Biowastes, such as meat and bone meal (MBM), and poultry litter (PL), are used as energy sources for industrial combustion in the UK. However, the biomass ashes remaining after combustion, which contain nutrients such as phosphorus, are landfilled rather than utilised. To promote their utilisation, biomass ashes from industries were characterised in terms of their elemental and mineral compositions, phosphorus extractability, and pH-dependent leachability. These ashes were highly alkaline (pH as high as 13), and rich in calcium and phosphorus. The P bio-availabilities in the ash evaluated by Olsen's extraction were low. Hydroxyapatite and potassium sodium calcium phosphate were identified by X-ray powder diffraction (XRD) as the major phases in the MBM and PL ashes, respectively. The leaching of P, Ca, and many other elements was pH dependent, with considerable increase in leaching below about pH 6. P recovery by acid dissolution (e.g., with H2SO4) seems feasible and promising; the optimized acid consumption for ~90% P recovery could be as low as 3.2–5.3 mol H+/mol P.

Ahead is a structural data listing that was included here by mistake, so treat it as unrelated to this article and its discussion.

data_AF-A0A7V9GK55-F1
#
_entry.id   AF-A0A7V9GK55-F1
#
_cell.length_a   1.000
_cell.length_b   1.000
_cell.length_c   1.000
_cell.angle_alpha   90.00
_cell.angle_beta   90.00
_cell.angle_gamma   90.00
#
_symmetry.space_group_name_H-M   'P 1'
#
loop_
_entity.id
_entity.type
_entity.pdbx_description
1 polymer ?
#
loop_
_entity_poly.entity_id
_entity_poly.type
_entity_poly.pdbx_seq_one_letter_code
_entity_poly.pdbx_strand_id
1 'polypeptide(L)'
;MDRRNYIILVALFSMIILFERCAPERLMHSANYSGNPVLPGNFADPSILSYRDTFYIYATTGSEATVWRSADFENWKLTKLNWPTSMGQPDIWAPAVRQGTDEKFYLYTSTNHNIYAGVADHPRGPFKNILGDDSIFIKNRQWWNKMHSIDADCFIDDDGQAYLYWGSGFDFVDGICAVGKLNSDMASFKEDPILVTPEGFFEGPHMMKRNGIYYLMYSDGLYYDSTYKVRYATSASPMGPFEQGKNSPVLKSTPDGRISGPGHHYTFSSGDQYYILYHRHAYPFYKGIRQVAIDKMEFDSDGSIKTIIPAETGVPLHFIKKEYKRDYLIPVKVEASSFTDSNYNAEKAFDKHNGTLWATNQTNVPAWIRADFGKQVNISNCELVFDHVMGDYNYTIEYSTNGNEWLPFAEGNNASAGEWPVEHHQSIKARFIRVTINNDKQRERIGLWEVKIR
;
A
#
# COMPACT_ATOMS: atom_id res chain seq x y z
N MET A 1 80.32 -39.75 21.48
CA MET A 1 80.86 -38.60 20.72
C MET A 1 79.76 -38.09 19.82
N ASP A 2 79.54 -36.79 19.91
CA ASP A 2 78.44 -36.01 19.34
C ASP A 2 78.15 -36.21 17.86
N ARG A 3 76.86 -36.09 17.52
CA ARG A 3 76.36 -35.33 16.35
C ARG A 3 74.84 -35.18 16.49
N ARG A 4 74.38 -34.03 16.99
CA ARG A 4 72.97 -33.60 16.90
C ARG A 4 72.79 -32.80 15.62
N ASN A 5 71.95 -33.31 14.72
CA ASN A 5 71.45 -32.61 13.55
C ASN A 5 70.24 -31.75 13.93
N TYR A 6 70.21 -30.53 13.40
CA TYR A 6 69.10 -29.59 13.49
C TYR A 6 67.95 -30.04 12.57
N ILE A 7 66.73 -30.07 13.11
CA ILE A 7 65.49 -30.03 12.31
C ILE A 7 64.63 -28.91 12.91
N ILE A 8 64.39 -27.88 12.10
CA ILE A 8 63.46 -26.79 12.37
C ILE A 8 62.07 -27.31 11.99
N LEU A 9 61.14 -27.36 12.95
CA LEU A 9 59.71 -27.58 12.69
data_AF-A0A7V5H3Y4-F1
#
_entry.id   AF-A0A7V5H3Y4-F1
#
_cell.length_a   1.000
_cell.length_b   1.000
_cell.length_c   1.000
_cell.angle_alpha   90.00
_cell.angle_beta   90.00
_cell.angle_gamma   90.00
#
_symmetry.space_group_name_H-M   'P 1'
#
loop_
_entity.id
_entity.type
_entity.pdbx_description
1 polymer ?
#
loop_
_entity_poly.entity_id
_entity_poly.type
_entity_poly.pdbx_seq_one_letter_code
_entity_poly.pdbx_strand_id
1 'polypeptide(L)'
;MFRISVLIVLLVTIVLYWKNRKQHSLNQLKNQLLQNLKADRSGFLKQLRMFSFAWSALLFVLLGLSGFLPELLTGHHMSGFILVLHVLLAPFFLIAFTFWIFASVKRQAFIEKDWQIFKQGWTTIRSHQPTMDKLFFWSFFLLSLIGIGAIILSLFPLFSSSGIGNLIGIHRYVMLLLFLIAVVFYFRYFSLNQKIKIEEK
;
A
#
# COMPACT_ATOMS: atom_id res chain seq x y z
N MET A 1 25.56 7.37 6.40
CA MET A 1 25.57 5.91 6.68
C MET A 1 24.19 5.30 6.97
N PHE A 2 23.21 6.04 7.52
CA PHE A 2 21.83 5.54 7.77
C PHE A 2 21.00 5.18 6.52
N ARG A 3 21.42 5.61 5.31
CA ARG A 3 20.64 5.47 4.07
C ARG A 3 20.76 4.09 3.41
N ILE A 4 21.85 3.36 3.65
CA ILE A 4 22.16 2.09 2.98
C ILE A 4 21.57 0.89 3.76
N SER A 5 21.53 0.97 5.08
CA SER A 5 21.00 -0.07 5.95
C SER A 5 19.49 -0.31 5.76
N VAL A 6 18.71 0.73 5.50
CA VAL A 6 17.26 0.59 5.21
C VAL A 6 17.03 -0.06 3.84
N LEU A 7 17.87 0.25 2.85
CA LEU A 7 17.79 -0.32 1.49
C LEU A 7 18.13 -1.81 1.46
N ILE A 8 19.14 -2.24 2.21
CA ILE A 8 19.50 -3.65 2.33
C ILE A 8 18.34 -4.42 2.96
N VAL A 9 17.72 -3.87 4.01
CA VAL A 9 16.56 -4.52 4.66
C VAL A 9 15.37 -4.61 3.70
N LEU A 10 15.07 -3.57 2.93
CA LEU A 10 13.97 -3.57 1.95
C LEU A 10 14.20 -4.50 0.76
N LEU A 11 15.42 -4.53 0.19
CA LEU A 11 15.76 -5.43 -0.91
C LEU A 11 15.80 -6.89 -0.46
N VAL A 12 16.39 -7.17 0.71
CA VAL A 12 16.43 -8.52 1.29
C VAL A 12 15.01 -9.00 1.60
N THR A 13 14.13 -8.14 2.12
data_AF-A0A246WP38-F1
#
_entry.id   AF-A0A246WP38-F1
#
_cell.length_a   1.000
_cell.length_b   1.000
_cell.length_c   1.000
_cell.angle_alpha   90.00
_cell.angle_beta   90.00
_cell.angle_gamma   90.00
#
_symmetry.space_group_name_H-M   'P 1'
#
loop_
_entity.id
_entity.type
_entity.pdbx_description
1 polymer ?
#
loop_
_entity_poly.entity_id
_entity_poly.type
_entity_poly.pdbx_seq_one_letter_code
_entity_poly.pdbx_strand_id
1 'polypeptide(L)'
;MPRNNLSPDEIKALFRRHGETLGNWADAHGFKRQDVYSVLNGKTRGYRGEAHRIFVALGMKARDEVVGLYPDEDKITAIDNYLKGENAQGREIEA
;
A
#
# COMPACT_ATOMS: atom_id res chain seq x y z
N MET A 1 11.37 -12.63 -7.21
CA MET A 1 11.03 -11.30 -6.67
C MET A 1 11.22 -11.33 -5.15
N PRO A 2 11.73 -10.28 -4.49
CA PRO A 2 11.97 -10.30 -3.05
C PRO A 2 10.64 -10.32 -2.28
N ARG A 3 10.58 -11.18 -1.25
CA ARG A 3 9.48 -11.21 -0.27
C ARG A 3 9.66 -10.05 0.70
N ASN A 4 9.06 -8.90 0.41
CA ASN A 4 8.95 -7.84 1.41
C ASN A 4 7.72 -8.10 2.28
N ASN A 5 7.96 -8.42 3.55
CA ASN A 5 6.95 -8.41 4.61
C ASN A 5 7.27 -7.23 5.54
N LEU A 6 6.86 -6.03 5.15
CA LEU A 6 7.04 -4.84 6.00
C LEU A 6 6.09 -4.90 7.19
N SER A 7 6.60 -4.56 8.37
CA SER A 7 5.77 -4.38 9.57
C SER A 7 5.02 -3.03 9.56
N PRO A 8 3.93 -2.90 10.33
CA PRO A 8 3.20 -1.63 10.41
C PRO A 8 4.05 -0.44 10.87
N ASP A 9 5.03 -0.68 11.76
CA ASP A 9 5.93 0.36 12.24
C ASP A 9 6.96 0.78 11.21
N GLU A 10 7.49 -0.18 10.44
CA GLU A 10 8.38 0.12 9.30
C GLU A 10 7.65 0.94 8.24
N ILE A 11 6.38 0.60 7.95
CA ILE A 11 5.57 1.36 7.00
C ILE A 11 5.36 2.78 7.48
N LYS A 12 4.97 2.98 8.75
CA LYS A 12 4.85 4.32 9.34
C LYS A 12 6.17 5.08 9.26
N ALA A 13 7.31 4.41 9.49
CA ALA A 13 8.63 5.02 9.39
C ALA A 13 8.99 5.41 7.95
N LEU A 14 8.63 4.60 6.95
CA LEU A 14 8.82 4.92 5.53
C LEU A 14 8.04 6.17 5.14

- Phosphorus recovery
- Acid neutralization capacity
- Animal manure
Leng, L., Bogush, A., Roy, A., & Stegemann, J. (2019). Characterisation of ashes from waste biomass power plants and phosphorus recovery. Science of the Total Environment, 690, 573-583. https://doi.org/10.1016/j.scitotenv.2019.06.312